Each of these components have a clear task to perform, and logic dictates that each task can go wrong. Therefore, each of these components must have means to notify the user that they were unable to do their job. If one of these components simply calls exit or die, you'd have the devil's own job of figuring out what component it is that fails, and why. Enter Exceptions. Let's examine what can go wrong, and how we can easily notify the user of this issue:

  • Data models: if, for example, a ContactModel is passed an invalid email address to its setEmail method, the model should pick up on this (using filter_var($argument, FILTER_VALIDATE_EMAIL)). If the email is invalid, the model should throw an InvalidArgumentException with a message like '"foo" is not a valid email address'
  • The Service binds everything together, so it depends on there being a data provider, valid data and any number of other dependencies available. If one of them is missing, a service might throw a RuntimeException instance, telling you (the user) it's missing a data provider it needs
  • The DataProvider in turn requires a db connection to execute queries, if this is missing, it should throw another RuntimeException. If you pass an instance of ContactModel to a method called findContactByEmail, but this instance doesn't have an email set, the dataprovider could throw a LogicException or a BadMethodCallException.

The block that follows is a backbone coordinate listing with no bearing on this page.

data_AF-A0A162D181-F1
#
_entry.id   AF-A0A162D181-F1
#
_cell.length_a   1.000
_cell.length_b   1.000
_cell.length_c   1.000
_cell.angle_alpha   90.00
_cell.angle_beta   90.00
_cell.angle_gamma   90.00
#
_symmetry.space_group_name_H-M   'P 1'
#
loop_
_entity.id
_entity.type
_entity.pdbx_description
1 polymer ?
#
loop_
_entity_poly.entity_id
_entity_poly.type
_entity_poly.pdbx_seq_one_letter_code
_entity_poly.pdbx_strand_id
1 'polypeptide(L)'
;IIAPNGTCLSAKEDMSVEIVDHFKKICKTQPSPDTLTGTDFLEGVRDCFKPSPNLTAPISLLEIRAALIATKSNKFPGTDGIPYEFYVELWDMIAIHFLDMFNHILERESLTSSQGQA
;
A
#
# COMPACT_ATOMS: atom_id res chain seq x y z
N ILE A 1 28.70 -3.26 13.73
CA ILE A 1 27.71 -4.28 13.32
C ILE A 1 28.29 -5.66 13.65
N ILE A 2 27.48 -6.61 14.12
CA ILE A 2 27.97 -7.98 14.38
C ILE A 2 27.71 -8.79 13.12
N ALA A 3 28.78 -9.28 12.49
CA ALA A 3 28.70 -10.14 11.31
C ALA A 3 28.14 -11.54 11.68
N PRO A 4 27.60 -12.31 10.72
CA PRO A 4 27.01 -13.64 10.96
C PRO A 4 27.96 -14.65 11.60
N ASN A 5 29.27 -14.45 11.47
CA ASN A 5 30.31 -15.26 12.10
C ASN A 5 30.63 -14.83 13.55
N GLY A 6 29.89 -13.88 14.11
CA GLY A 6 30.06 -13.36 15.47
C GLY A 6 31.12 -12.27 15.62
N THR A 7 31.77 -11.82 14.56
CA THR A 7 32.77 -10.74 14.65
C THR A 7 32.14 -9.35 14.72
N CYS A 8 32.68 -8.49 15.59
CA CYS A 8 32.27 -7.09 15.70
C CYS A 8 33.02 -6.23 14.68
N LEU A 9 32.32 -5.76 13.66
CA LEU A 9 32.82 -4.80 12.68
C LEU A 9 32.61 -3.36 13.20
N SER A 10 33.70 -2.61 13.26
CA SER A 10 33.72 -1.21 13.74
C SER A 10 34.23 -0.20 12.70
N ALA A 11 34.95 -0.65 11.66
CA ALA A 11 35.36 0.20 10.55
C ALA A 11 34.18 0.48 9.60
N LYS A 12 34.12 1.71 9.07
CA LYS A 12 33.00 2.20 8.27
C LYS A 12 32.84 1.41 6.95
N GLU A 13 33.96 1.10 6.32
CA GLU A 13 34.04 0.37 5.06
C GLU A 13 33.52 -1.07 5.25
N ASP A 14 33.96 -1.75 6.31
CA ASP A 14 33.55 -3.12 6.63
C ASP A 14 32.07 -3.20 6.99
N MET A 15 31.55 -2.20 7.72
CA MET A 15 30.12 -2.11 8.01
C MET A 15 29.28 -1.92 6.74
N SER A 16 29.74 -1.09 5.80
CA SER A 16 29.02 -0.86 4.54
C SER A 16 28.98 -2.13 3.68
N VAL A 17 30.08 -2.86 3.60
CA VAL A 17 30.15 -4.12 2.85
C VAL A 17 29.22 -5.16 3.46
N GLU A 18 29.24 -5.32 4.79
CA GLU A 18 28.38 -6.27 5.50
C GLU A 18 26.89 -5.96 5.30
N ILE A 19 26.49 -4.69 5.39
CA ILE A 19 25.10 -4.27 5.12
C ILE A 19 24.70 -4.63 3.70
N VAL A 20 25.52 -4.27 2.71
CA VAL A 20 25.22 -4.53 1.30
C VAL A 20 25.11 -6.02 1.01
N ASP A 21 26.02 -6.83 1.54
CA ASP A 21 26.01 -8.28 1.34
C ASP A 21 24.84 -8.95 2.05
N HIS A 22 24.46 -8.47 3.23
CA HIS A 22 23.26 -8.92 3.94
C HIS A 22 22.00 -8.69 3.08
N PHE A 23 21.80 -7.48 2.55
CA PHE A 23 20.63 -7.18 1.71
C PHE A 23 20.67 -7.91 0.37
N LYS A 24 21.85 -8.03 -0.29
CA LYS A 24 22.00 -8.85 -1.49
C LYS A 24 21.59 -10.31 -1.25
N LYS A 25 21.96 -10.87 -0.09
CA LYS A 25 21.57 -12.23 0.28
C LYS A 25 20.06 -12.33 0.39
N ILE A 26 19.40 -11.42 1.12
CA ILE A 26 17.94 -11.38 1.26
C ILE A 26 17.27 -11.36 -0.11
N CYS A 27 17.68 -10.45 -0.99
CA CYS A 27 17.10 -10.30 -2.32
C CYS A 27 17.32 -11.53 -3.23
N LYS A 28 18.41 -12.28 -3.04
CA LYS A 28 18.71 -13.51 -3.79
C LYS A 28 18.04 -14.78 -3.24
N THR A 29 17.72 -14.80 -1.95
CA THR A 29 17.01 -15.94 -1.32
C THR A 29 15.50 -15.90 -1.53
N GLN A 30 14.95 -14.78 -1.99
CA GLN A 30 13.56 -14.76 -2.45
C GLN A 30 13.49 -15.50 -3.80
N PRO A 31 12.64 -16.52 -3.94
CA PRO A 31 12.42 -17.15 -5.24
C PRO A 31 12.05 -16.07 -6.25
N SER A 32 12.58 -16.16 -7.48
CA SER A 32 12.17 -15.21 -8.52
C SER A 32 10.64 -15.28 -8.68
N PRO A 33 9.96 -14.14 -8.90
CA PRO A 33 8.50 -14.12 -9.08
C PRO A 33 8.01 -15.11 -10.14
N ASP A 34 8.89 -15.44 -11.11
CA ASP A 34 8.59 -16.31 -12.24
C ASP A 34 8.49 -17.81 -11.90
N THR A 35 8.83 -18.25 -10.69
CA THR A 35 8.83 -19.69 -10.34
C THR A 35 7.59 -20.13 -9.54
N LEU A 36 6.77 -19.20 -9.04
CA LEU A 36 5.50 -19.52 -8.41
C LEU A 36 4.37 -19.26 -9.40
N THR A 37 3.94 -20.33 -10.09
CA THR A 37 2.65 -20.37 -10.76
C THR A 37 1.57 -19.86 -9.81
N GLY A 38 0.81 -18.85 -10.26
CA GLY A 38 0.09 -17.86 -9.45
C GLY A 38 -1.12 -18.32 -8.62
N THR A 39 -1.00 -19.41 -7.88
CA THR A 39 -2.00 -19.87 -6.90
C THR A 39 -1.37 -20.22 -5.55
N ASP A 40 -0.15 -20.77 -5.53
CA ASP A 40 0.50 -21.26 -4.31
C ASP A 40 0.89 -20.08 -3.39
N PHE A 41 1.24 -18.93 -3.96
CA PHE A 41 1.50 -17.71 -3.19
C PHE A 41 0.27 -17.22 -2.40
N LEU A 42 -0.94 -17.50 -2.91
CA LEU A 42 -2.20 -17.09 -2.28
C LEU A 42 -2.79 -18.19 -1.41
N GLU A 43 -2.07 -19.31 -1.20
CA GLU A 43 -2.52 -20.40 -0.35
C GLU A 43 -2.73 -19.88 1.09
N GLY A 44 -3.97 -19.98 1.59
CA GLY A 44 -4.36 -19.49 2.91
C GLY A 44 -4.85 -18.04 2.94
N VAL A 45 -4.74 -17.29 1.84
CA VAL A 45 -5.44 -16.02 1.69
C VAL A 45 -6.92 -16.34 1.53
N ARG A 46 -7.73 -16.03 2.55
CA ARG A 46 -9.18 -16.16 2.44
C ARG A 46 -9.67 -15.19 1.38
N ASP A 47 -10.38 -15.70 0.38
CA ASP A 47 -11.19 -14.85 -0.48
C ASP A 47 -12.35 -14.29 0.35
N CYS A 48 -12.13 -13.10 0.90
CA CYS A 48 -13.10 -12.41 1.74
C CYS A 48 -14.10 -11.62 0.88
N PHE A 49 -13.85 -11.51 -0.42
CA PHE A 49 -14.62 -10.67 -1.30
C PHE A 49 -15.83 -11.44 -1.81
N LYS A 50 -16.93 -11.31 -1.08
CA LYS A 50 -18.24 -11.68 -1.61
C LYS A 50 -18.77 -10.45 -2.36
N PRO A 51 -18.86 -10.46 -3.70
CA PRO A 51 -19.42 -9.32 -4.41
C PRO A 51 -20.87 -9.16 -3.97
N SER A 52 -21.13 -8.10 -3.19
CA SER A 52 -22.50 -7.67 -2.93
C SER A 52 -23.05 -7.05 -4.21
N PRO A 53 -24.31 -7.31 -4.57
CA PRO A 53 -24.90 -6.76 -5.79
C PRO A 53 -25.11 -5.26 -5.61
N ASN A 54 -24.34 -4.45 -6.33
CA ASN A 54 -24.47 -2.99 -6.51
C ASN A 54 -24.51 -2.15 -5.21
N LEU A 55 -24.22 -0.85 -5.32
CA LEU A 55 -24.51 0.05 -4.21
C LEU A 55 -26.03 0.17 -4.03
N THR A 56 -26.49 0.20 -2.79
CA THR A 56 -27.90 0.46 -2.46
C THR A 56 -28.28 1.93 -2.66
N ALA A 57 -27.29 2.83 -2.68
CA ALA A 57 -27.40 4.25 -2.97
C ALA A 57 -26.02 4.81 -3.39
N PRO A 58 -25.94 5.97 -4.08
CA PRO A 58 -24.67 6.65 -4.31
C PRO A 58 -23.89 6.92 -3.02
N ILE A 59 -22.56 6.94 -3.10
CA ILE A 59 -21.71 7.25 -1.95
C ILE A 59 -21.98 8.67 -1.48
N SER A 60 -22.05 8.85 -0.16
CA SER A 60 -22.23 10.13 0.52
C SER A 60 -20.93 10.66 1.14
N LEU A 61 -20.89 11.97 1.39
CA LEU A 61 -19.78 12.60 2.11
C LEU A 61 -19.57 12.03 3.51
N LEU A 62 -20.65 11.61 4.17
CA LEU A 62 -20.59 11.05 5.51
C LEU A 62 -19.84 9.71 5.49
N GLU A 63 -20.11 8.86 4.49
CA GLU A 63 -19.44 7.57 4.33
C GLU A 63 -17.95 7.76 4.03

• The DB connections and statement/resultset objects will behave as you want, but it's common to have PDO throw PDOException instances.
    mysqli is a bit trickier. It's api is somewhat messy, so it's very common to see it wrapped in a class that checks for errors and throws a mysqli_sql_exception or mysqli_warning if something has gone wrong

So depending on what goes wrong, in what component, a different exception will be thrown. That makes your life a lot easier, because if you see a PDOException flying by, you simply know where to look.

So now, what does this LoginService::doLogin method look like? Well, this would be plausible:

/**
 * Validates login form, returns full user model on success, false on failure
 * @param Form $data
 * @return UserModel|bool
 * @throws RuntimeException
 */
public function doLogin(Form $data)
{
    $user = new UserModel();
    $user->setUserName($data->getLogin())
        ->setPassword($data->getPassword());
    $provider = $this->getUserDataProvider();
    if (!$provider)
    {
        throw new RuntimeException(
            sprintf(
                '%s did not receive the user dataprovider',
                __CLASS__
            )
        );
    }
    if (!$provider->userExists($user))